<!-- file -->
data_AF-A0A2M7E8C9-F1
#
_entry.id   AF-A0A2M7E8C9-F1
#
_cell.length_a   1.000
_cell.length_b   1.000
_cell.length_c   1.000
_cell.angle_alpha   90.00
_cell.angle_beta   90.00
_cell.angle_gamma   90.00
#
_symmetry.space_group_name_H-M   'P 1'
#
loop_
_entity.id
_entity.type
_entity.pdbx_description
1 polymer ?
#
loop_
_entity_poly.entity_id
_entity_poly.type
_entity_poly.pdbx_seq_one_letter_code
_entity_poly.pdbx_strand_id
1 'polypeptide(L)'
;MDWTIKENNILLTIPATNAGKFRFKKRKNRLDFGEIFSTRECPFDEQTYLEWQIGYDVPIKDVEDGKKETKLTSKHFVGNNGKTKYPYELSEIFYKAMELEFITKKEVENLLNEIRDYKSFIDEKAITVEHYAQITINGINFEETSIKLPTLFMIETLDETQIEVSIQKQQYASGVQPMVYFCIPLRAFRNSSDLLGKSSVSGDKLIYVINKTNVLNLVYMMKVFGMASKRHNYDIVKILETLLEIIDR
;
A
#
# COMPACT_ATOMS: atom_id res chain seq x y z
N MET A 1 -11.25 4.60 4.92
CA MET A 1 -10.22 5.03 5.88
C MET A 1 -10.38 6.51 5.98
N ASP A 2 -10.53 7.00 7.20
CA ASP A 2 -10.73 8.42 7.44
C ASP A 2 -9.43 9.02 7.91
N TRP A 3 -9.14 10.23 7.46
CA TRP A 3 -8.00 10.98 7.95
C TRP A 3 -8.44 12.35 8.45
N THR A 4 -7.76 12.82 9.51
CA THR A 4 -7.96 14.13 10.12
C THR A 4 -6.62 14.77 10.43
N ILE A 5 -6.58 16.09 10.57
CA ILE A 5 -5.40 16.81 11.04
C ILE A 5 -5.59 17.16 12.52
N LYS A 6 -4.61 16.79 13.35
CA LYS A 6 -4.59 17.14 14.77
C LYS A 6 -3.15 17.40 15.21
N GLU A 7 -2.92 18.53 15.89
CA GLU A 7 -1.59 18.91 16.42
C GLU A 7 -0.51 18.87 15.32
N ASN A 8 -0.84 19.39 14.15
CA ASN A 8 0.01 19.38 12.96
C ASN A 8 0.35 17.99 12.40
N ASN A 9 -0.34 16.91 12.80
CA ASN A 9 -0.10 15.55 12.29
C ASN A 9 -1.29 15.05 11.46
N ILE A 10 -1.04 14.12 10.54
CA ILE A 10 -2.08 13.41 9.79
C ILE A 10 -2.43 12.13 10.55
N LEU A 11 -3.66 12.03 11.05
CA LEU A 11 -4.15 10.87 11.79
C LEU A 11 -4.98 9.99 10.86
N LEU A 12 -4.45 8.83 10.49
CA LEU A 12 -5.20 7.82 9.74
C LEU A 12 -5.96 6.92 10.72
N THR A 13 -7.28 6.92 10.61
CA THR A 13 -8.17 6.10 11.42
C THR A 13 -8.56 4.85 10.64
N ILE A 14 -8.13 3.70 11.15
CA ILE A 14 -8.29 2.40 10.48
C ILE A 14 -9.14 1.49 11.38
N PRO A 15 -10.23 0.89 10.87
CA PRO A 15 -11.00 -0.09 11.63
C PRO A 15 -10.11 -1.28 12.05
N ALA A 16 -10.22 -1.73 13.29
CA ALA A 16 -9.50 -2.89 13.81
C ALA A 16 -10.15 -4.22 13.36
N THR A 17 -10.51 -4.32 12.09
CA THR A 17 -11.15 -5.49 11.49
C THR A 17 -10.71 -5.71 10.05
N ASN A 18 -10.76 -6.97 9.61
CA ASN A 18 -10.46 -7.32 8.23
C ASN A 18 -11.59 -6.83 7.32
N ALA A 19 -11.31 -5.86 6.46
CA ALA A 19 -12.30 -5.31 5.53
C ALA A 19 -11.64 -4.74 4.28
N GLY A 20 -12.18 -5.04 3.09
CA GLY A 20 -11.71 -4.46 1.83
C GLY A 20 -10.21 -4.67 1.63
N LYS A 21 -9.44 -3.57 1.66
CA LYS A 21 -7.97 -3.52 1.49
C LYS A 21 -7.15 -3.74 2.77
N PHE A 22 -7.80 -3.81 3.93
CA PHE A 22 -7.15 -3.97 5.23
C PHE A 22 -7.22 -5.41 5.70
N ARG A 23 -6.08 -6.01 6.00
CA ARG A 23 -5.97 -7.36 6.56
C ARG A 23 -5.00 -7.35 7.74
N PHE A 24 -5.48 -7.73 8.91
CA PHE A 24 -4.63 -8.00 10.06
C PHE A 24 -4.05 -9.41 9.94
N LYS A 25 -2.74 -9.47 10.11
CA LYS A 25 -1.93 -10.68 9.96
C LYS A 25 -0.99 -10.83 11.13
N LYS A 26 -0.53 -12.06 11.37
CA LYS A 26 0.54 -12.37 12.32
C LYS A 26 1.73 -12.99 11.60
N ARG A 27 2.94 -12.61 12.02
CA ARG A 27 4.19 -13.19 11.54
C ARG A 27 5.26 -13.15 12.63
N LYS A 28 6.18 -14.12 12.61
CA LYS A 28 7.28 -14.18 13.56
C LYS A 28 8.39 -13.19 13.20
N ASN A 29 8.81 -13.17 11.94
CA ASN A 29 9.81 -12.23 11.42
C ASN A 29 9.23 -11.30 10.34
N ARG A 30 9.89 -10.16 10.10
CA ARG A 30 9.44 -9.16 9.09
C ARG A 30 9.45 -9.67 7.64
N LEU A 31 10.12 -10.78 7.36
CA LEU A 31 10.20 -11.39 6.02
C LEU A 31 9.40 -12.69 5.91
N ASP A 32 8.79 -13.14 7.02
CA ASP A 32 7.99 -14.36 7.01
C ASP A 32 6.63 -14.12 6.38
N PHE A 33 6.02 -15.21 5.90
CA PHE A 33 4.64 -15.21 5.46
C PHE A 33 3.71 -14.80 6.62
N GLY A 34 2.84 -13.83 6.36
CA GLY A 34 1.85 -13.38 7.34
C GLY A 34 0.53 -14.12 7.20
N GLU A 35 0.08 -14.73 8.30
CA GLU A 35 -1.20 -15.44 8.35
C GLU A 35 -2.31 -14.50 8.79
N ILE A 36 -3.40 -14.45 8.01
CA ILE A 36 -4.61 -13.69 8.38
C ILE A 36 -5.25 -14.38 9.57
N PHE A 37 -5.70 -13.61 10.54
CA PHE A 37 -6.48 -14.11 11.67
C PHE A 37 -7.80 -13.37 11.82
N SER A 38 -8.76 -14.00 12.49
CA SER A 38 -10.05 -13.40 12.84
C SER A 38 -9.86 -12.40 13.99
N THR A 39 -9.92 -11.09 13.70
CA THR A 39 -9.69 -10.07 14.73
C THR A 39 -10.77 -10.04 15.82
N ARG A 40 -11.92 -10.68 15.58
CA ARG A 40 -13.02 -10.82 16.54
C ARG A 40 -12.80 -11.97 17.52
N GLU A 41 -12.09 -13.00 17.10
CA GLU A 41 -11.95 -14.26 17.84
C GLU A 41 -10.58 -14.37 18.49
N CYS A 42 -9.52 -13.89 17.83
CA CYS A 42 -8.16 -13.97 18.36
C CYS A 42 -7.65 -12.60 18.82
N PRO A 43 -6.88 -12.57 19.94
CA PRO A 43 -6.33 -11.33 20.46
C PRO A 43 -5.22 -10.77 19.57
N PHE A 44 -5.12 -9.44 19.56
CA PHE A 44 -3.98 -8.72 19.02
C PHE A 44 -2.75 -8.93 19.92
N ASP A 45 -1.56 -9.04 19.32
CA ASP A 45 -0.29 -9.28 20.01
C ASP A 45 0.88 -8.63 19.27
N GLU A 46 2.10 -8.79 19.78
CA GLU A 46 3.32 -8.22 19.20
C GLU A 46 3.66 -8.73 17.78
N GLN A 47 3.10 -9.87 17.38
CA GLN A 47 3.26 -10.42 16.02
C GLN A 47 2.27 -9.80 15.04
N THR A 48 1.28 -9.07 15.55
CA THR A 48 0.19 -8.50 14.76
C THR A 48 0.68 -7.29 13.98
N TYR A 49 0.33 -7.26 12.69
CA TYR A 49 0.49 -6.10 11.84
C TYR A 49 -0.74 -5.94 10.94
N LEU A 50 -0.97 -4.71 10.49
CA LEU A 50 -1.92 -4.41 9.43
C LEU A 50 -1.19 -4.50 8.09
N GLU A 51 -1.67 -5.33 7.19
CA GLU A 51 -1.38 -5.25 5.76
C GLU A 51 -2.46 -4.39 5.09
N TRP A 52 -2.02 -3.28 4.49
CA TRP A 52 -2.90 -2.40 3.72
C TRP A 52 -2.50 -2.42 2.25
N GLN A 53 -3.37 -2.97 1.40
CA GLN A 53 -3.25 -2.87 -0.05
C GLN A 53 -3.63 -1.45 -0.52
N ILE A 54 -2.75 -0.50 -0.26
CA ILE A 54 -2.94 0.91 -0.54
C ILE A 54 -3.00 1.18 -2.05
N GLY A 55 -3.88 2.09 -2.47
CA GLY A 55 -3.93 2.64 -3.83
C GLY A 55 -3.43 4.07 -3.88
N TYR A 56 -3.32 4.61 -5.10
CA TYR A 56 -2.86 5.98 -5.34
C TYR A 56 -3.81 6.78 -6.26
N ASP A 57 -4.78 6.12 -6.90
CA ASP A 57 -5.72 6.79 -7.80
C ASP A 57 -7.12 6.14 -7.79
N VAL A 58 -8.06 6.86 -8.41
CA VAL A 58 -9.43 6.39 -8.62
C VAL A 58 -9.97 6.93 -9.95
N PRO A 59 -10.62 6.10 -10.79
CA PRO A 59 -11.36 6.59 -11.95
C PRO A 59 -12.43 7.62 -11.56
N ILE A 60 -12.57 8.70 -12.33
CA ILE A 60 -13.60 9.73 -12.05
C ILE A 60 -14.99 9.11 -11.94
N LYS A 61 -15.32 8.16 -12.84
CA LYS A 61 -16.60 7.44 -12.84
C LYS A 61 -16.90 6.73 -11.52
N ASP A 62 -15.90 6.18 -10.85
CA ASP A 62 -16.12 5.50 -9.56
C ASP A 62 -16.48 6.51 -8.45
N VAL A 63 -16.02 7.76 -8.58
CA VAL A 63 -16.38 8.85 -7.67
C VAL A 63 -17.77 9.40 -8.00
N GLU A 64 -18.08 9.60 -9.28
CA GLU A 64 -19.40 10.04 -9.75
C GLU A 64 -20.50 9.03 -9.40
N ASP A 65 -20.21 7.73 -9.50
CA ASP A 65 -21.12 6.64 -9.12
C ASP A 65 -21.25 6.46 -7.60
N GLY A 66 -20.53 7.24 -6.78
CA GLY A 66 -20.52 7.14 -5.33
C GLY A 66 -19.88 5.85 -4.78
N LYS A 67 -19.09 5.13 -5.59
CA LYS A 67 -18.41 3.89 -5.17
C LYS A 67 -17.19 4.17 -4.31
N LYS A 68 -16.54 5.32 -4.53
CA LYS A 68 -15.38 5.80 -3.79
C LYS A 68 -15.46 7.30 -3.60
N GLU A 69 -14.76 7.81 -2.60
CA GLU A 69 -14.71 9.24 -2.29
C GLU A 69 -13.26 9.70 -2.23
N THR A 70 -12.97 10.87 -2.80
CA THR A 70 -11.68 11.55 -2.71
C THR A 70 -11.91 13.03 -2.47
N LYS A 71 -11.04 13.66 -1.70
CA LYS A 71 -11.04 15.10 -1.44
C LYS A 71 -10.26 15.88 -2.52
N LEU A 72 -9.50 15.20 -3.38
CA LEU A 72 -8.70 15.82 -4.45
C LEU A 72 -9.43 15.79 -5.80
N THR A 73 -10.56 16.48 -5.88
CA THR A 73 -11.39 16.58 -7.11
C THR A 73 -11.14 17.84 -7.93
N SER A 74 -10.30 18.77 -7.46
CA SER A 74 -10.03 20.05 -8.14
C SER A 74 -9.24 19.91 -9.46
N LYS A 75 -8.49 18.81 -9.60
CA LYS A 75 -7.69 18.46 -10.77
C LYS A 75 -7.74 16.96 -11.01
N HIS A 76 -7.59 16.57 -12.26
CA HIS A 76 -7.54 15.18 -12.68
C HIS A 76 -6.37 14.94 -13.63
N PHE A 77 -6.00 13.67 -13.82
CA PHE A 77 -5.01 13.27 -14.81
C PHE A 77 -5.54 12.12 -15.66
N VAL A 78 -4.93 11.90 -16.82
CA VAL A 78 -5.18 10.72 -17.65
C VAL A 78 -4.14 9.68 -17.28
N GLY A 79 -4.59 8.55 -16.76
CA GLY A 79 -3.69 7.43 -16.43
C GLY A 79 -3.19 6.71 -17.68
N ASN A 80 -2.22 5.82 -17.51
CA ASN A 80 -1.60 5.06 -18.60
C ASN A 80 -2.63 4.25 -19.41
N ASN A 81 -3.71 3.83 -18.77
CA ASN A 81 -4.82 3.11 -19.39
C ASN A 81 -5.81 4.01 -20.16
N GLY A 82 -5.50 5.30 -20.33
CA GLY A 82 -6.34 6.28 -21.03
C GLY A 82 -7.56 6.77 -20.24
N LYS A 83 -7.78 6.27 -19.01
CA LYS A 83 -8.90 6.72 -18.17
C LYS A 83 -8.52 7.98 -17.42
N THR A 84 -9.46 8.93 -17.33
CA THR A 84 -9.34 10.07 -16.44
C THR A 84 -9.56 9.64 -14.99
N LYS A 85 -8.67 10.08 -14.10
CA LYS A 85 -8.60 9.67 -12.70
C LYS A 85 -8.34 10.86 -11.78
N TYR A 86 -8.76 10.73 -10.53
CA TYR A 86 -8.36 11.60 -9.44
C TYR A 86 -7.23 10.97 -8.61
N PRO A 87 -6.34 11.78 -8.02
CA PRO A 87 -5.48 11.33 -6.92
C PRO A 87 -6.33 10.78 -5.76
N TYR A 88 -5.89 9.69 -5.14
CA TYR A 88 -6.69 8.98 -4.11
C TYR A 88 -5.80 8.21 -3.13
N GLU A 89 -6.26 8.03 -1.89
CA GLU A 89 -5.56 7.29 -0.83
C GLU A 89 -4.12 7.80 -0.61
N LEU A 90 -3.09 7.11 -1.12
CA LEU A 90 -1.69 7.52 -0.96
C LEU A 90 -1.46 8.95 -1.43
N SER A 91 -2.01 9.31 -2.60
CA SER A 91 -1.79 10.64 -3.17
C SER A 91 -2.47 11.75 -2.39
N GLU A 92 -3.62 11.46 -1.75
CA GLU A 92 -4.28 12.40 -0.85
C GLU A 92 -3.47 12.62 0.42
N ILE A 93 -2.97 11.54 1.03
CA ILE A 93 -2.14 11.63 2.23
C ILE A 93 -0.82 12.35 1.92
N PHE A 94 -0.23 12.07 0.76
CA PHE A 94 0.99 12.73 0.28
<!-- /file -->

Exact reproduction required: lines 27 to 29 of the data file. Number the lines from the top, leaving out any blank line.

;
A
#